While we explored a number of methods to build a container, they can all integrate into your CI/CD pipelines differently. Of course, your choice of CI and CD tools can also dictate how you build your container as well, so make sure you’re reading the appropriate documentation and ensure that your pipelines are leveraging all of the features at your disposal.
Depending on your choice of CI/CD tool, building container images with Docker can present its own unique challenges. Some tools will present a running Docker daemon, which makes this process very straightforward, allowing you to perform a simple
docker build command to build your container. In some scenarios however, a running Docker daemon isn’t always available, at least not by default. Jenkins provides a Docker plugin and CircleCI allows you to define the need for a Docker daemon for example, and the ability to build container images from a Dockerfile is becoming more prevalent, but ensure to keep this in mind when choosing your CI/CD tools.
The upside to using Dockerfiles to build your containers is that it makes your CI/CD pipeline very straightforward. There’s a straight line through test, build, and deploy without relying on external processes triggering parts of your pipeline(s).
Kaniko and other tools that rely on reactively spinning up pods on Kubernetes present a different challenge of how you construct your CI/CD pipeline. Your tool of choice may have a plugin or feature to enable either the use of Kaniko directly or allow you to run a pod and wait for its outcome. If it doesn’t however, not all is lost, the solution just becomes more of a structural one.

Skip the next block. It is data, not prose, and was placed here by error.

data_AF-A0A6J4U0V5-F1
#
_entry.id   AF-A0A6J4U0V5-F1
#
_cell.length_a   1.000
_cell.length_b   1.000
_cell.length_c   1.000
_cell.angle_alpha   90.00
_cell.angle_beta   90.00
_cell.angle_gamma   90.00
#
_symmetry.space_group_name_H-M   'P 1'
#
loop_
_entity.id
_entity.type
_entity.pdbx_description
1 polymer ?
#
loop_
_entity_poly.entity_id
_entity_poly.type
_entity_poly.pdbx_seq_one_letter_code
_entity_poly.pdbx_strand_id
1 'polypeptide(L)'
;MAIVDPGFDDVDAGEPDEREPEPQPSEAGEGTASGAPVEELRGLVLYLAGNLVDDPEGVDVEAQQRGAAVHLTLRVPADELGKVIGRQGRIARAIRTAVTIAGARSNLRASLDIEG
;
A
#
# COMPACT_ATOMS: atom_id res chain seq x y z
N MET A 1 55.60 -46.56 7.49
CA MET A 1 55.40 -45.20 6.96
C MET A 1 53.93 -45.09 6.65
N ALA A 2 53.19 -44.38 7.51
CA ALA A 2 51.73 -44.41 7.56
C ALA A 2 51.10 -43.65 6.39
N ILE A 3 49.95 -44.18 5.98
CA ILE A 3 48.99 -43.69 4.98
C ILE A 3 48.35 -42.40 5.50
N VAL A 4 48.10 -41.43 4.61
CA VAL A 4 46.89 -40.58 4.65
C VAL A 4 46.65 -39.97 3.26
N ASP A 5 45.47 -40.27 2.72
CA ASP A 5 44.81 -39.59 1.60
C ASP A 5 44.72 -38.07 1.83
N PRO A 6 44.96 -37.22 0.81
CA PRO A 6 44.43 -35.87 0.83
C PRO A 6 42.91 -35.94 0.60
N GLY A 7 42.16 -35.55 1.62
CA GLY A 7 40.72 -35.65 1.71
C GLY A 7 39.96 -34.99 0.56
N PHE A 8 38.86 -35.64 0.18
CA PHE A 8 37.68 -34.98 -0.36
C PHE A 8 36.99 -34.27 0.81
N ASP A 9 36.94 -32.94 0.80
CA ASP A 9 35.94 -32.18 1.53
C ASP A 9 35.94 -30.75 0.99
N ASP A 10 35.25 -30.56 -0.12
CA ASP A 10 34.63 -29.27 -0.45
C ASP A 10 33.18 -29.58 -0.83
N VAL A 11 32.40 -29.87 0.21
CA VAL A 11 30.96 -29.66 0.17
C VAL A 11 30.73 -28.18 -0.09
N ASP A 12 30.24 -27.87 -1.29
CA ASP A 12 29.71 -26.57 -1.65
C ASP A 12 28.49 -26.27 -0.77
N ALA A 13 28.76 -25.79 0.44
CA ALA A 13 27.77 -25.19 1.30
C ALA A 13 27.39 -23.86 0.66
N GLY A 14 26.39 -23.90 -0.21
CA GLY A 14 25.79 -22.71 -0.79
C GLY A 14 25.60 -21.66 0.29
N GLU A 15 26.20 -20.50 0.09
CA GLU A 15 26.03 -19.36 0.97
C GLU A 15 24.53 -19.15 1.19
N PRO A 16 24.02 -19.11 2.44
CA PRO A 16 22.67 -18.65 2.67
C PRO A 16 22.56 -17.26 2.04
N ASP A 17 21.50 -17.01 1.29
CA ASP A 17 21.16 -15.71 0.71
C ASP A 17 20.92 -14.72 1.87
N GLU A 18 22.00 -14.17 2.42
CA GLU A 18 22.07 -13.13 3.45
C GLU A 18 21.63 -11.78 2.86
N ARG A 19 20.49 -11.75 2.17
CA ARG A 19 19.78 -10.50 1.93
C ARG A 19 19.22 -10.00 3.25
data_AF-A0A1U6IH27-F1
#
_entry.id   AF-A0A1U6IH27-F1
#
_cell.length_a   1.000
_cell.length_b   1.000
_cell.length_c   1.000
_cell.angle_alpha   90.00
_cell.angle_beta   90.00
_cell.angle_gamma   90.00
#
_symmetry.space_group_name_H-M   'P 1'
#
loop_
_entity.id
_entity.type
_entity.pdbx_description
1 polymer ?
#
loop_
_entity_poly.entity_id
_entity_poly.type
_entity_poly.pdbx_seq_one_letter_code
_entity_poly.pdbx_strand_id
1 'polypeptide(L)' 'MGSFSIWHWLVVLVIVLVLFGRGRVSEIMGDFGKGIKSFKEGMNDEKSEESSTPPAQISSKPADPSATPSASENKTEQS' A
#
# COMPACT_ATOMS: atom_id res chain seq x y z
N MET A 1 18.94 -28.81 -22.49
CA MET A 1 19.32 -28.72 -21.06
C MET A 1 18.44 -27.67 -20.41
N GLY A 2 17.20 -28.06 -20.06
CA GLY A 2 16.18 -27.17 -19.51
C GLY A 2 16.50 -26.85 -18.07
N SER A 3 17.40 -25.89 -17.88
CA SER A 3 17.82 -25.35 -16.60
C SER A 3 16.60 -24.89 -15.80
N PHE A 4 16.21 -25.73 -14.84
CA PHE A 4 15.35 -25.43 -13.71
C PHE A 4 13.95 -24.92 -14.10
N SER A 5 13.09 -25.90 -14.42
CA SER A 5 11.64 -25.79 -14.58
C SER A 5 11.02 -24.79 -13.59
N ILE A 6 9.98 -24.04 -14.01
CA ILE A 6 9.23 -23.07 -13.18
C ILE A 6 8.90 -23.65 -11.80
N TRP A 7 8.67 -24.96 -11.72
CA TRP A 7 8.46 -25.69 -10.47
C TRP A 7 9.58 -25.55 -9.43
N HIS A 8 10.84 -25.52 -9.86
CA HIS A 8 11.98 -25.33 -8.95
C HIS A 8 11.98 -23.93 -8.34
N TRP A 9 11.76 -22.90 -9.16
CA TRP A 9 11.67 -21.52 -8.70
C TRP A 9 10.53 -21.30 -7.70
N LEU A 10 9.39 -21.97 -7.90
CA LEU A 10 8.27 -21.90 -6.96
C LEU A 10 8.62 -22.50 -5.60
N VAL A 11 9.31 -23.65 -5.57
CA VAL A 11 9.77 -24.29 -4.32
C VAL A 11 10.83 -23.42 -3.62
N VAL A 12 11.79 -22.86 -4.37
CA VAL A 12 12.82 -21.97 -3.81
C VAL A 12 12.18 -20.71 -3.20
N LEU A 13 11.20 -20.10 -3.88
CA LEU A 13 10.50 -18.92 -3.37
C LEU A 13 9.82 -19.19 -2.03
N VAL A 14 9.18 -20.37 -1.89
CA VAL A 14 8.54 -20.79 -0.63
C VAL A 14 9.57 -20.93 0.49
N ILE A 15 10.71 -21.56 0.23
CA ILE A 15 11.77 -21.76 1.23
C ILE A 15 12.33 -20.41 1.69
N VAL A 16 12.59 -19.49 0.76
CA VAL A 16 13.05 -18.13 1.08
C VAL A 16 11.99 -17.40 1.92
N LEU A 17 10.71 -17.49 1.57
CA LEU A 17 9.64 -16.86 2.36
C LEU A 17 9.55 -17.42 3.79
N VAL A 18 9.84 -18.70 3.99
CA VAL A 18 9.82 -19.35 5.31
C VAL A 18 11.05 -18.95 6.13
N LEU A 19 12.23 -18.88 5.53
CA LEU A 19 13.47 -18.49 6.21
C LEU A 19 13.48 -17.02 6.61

The solution, again, can take many forms. You can have one pipeline that tests your code and spins up a Kaniko pod, then a second pipeline that is triggered when a newer version of a container image is uploaded to your registry. Alternatively, you could feed the details of the pod running your build into a step in your pipeline that’s responsible for watching that pod and waiting for it to complete. Any way you go about it, you can still leverage solutions such as Kaniko in case you don’t have access to a dedicated Docker daemon but do have a Kubernetes cluster that you can use.
A difference between using a build service such as Tanzu Build Service and a solution such as Kaniko is who initiates each step of the build. With a solution such as Kaniko, you’re responsible for kicking up tests once a new commit is made to the code, and then spinning up a pod to build the container. You’re then also responsible for figuring out when the build completes, sending it to our image scanning solution, and finally watching for when the scan finishes.
Since solutions such as Tanzu Build Service offer building and scanning images in one, your pipeline could be as simple as watching for a new commit, running the tests, and then tagging the code so that the build service kicks off a build and scan. This may represent a faster and less risk-prone path to production.